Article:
Biological, Environmental, and Earth Sciences
Listeria monocytogenes is a Gram-positive facultative anaerobic bacterium that is responsible for the disease, listeriosis. It is particularly lethal in pregnant women, the fetus, the elderly and the immunocompromised. The pathogen survives and replicates over a wide range of temperatures (4 to 42 °C), pH, salt and oxygen concentrations. Because it can withstand various environments, L. monocytogenes is a major concern in food processing industries, especially in dairy products and ready-to-eat fruits, vegetables and deli meats. The environment in which the pathogen is exposed can influence the expression of virulence genes. For instance, studies have shown that variations in oxygen availability can impact resistance to stressors. Further investigation is needed to understand the essential genes required for the growth of L. monocytogenes in anaerobic conditions. Therefore, the purpose of this review is to highlight the data on L. monocytogenes under known environmental stresses in anaerobic environments and to focus on gaps in knowledge that may be advantageous to study in order to better understand the pathogenicity of the bacterium.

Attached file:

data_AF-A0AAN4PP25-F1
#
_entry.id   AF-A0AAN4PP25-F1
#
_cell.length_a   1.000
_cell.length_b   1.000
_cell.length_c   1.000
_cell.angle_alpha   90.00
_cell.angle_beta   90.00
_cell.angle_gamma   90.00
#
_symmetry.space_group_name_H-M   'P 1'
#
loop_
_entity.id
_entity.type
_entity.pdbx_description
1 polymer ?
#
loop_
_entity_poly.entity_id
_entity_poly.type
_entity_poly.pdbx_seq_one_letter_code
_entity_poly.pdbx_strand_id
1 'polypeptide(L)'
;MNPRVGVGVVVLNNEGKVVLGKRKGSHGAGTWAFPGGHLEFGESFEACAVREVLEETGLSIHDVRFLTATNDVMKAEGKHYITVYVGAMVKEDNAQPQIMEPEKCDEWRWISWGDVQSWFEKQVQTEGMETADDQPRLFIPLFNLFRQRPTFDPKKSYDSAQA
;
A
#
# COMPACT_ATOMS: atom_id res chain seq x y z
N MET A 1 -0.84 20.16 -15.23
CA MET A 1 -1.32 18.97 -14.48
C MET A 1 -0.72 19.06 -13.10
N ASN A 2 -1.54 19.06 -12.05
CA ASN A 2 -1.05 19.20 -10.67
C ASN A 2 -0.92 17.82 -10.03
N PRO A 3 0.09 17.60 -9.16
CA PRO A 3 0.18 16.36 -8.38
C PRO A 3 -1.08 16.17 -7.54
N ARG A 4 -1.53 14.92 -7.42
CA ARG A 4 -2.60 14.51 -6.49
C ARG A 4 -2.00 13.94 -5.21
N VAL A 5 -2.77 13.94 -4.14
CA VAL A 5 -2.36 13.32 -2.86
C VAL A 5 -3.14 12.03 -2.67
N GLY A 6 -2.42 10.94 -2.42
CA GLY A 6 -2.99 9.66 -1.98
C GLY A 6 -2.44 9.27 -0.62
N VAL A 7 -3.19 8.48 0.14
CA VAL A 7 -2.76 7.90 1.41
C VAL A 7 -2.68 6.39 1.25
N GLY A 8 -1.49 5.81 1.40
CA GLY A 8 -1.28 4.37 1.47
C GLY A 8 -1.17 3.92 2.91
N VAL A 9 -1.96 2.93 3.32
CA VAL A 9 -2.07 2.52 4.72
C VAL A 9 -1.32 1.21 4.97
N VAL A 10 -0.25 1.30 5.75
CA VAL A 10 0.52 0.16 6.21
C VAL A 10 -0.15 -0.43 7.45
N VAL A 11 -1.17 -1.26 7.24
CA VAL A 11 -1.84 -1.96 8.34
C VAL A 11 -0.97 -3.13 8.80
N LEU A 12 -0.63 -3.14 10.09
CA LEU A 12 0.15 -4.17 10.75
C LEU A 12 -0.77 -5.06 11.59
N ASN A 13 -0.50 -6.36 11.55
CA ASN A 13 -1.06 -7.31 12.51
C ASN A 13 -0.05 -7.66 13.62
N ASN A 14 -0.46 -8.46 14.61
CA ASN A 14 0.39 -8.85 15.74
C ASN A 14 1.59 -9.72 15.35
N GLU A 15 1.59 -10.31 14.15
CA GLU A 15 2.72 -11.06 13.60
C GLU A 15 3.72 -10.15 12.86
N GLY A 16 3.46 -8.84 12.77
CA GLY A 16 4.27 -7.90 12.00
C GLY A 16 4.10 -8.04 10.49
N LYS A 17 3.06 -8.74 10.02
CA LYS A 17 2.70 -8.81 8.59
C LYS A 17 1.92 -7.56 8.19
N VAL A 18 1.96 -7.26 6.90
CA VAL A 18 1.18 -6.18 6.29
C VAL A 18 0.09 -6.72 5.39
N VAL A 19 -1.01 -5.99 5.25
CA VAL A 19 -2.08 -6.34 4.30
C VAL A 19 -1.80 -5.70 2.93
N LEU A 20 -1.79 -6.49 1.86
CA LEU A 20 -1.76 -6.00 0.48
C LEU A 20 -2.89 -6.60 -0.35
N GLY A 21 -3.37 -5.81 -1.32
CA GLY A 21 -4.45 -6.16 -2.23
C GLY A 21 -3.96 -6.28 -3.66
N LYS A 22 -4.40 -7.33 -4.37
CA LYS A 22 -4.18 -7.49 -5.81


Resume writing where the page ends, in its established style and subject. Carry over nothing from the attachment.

Roberts, B. N.,
Ricke, S. C.,
Donaldson, J. R.
(2020). Listeria monocytogenes Response to Anaerobic Environments. Pathogens, 9(3).
Available at: https://aquila.usm.edu/fac_pubs/17361